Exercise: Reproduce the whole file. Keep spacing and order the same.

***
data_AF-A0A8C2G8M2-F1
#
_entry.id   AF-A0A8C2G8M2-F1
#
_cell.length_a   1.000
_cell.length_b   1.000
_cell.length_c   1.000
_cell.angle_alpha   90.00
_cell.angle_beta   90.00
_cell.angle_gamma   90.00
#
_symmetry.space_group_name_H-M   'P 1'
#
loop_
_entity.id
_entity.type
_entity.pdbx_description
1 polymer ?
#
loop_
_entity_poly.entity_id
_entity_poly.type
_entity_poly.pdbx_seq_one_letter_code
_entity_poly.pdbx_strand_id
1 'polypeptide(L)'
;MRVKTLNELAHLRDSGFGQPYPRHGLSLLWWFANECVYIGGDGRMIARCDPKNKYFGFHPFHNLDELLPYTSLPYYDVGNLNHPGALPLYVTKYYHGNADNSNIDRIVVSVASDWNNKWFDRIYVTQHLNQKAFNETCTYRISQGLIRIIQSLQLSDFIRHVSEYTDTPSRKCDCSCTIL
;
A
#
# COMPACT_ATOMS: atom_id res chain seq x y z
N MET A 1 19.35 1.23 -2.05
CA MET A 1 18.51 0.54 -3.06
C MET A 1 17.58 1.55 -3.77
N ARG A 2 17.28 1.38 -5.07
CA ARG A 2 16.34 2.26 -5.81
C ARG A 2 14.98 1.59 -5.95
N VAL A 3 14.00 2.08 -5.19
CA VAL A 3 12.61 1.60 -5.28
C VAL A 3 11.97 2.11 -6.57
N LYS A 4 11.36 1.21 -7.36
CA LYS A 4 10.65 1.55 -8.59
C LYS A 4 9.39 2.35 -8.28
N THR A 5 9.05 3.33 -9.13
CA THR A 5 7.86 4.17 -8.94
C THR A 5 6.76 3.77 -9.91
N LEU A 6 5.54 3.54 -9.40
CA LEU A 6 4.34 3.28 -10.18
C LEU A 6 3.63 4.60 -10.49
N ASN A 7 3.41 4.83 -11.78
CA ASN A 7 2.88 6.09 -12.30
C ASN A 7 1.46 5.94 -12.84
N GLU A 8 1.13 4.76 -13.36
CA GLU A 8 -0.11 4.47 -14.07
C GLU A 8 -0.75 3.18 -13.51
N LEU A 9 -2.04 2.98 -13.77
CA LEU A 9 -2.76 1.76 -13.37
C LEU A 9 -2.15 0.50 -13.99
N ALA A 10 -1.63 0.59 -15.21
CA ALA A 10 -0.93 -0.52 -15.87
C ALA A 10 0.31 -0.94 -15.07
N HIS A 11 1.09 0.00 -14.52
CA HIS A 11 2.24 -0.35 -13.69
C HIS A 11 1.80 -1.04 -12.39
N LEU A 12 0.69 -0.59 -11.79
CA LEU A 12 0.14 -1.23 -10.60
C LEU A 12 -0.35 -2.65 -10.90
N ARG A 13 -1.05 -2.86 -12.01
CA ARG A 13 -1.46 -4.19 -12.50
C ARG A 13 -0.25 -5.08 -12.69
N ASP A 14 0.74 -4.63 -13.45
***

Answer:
data_AF-A0A8C2G8M2-F1
#
_entry.id   AF-A0A8C2G8M2-F1
#
_cell.length_a   1.000
_cell.length_b   1.000
_cell.length_c   1.000
_cell.angle_alpha   90.00
_cell.angle_beta   90.00
_cell.angle_gamma   90.00
#
_symmetry.space_group_name_H-M   'P 1'
#
loop_
_entity.id
_entity.type
_entity.pdbx_description
1 polymer ?
#
loop_
_entity_poly.entity_id
_entity_poly.type
_entity_poly.pdbx_seq_one_letter_code
_entity_poly.pdbx_strand_id
1 'polypeptide(L)'
;MRVKTLNELAHLRDSGFGQPYPRHGLSLLWWFANECVYIGGDGRMIARCDPKNKYFGFHPFHNLDELLPYTSLPYYDVGNLNHPGALPLYVTKYYHGNADNSNIDRIVVSVASDWNNKWFDRIYVTQHLNQKAFNETCTYRISQGLIRIIQSLQLSDFIRHVSEYTDTPSRKCDCSCTIL
;
A
#
# COMPACT_ATOMS: atom_id res chain seq x y z
N MET A 1 19.35 1.23 -2.05
CA MET A 1 18.51 0.54 -3.06
C MET A 1 17.58 1.55 -3.77
N ARG A 2 17.28 1.38 -5.07
CA ARG A 2 16.34 2.26 -5.81
C ARG A 2 14.98 1.59 -5.95
N VAL A 3 14.00 2.08 -5.19
CA VAL A 3 12.61 1.60 -5.28
C VAL A 3 11.97 2.11 -6.57
N LYS A 4 11.36 1.21 -7.36
CA LYS A 4 10.65 1.55 -8.59
C LYS A 4 9.39 2.35 -8.28
N THR A 5 9.05 3.33 -9.13
CA THR A 5 7.86 4.17 -8.94
C THR A 5 6.76 3.77 -9.91
N LEU A 6 5.54 3.54 -9.40
CA LEU A 6 4.34 3.28 -10.18
C LEU A 6 3.63 4.60 -10.49
N ASN A 7 3.41 4.83 -11.78
CA ASN A 7 2.88 6.09 -12.30
C ASN A 7 1.46 5.94 -12.84
N GLU A 8 1.13 4.76 -13.36
CA GLU A 8 -0.11 4.47 -14.07
C GLU A 8 -0.75 3.18 -13.51
N LEU A 9 -2.04 2.98 -13.77
CA LEU A 9 -2.76 1.76 -13.37
C LEU A 9 -2.15 0.50 -13.99
N ALA A 10 -1.63 0.59 -15.21
CA ALA A 10 -0.93 -0.52 -15.87
C ALA A 10 0.31 -0.94 -15.07
N HIS A 11 1.09 0.00 -14.52
CA HIS A 11 2.24 -0.35 -13.69
C HIS A 11 1.80 -1.04 -12.39
N LEU A 12 0.69 -0.59 -11.79
CA LEU A 12 0.14 -1.23 -10.60
C LEU A 12 -0.35 -2.65 -10.90
N ARG A 13 -1.05 -2.86 -12.01
CA ARG A 13 -1.46 -4.19 -12.50
C ARG A 13 -0.25 -5.08 -12.69
N ASP A 14 0.74 -4.63 -13.45